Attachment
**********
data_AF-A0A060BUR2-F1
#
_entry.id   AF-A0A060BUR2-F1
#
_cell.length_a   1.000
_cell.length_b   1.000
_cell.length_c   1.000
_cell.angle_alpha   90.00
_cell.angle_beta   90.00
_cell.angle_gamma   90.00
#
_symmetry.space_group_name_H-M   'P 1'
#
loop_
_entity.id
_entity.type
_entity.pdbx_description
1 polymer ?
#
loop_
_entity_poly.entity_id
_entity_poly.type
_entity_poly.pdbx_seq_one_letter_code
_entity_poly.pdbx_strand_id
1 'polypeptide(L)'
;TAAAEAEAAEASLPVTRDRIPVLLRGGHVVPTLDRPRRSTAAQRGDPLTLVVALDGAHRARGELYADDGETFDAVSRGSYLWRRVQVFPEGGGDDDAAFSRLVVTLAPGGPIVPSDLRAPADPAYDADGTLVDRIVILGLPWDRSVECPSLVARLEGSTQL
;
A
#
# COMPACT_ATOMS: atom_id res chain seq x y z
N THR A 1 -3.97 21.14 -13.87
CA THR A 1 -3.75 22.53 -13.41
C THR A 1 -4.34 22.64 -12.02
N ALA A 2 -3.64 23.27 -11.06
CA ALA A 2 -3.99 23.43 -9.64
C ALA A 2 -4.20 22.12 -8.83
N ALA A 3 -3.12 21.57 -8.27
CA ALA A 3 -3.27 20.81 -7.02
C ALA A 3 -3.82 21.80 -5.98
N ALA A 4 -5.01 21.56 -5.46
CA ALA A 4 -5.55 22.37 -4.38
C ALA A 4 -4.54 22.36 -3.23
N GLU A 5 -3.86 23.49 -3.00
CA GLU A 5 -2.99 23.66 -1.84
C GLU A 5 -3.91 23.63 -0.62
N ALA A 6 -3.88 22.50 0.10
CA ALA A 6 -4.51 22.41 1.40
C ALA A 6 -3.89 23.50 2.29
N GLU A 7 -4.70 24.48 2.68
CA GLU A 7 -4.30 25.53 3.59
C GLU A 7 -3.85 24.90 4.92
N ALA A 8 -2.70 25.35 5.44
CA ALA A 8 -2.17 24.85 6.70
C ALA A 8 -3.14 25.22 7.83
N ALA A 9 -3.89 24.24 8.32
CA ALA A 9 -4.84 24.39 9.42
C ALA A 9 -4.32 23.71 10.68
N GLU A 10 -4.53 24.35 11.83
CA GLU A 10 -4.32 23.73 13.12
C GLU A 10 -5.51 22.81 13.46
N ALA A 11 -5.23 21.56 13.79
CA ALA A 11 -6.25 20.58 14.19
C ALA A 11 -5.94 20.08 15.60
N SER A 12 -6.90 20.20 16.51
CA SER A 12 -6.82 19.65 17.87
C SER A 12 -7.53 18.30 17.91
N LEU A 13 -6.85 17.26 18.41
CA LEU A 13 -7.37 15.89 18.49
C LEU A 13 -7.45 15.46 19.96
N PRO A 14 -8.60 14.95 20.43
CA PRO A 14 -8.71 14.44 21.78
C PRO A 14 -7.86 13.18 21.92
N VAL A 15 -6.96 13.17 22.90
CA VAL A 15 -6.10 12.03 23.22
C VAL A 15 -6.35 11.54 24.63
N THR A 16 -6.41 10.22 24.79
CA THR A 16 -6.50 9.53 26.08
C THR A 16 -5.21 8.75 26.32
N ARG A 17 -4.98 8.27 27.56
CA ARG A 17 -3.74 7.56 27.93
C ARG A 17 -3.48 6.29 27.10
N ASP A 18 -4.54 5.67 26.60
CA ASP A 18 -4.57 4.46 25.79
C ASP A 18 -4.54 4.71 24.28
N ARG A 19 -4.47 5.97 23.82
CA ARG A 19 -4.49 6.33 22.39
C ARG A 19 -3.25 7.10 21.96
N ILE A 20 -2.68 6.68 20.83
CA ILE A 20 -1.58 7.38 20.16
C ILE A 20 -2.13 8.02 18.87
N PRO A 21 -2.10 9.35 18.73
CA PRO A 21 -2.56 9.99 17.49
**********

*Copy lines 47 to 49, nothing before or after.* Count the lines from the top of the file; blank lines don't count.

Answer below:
CA ALA A 6 -4.51 22.41 1.40
C ALA A 6 -3.89 23.50 2.29
N GLU A 7 -4.70 24.48 2.68